During the data acquisition step 110, the host computer 70 may perform a computation step 120 in which the host computer 70 computes surface point measurements to create a point cloud of surface points representative of the target object T. The host computer 70 generally computes and displays the surface point measurements in real-time so that the operator can see the density of the point cloud and stop the data acquisition step 110 when the point cloud appears to have enough surface points to construct a model of the target object T. Once the point cloud appears to be sufficient to generate an accurate model of the target object T, the host computer 70 performs a modeling step 130 in which the surface point measurements of the point cloud are assigned a surface representation to construct a geometric model of the target object. Suitable software for performing the modeling step 130 is the Geomagic Wrap™ manufactured by Raindrop Geomagic, Inc., of Champaign, Ill.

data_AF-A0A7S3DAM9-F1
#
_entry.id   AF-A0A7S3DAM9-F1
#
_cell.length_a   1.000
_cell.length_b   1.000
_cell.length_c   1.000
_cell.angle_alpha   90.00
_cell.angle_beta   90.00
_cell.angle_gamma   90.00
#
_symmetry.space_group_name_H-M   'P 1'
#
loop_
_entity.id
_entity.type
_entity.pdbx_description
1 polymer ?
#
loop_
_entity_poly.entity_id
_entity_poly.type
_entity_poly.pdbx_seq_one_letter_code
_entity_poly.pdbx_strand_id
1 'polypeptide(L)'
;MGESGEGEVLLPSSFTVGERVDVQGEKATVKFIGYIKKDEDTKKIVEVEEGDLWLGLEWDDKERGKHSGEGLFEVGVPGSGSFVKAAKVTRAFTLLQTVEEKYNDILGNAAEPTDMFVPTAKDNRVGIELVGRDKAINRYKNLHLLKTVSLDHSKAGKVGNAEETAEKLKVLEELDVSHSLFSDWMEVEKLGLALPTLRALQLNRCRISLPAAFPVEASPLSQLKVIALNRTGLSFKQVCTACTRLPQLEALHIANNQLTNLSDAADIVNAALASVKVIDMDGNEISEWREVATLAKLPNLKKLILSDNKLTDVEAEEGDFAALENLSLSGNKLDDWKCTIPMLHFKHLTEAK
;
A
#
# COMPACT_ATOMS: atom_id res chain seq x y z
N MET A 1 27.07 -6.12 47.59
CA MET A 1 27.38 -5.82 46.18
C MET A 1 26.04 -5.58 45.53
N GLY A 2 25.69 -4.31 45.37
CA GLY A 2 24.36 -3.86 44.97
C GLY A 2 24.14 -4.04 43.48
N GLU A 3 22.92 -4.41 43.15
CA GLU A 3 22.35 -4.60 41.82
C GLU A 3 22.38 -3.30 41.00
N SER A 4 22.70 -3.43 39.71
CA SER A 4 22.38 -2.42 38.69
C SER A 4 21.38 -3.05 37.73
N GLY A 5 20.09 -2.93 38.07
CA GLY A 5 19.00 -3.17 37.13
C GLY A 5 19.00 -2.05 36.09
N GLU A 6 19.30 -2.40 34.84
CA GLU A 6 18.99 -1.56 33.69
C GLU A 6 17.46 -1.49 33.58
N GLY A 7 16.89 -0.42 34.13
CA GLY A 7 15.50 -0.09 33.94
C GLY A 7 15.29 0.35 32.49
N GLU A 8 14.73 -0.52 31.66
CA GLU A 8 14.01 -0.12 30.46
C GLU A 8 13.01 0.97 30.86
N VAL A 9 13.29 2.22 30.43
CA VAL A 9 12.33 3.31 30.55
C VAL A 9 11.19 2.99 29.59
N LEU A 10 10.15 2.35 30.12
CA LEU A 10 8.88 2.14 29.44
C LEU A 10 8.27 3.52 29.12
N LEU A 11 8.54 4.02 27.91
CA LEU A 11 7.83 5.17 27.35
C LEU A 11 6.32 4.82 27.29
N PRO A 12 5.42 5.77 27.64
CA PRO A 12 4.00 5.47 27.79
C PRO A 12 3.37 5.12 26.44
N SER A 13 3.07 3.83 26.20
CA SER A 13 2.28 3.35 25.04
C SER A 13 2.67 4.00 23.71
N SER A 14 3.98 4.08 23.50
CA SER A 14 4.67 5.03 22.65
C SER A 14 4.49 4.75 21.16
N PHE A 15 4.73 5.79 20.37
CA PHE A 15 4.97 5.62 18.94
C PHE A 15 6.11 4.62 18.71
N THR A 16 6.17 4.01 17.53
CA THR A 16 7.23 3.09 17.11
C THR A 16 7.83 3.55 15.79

After the modeling step 130, the operator and/or the host computer 70 evaluate the model of the target object in step 140 to determine whether the model of the target object T is accurate. In general, the operator may visually compare the display of the model on a computer monitor with the actual surface of the target object T to determine whether enough position and distance data was obtained to accurately represent the target object T. If the operator determines that the model of the target object is insufficient, then the operator returns to the data acquisition step 110 to scan more position and distance data into the host computer 70. The host computer 70 accordingly re-performs the computation step 120 to add more surface points to the point cloud, and the host computer 70 also re-performs the modeling step 130 with the new point cloud to reconstruct another model of the target object T. On the other hand, if the operator determines that the model of the target object T is sufficient, then the operator simply terminates the digitizing process at step 150.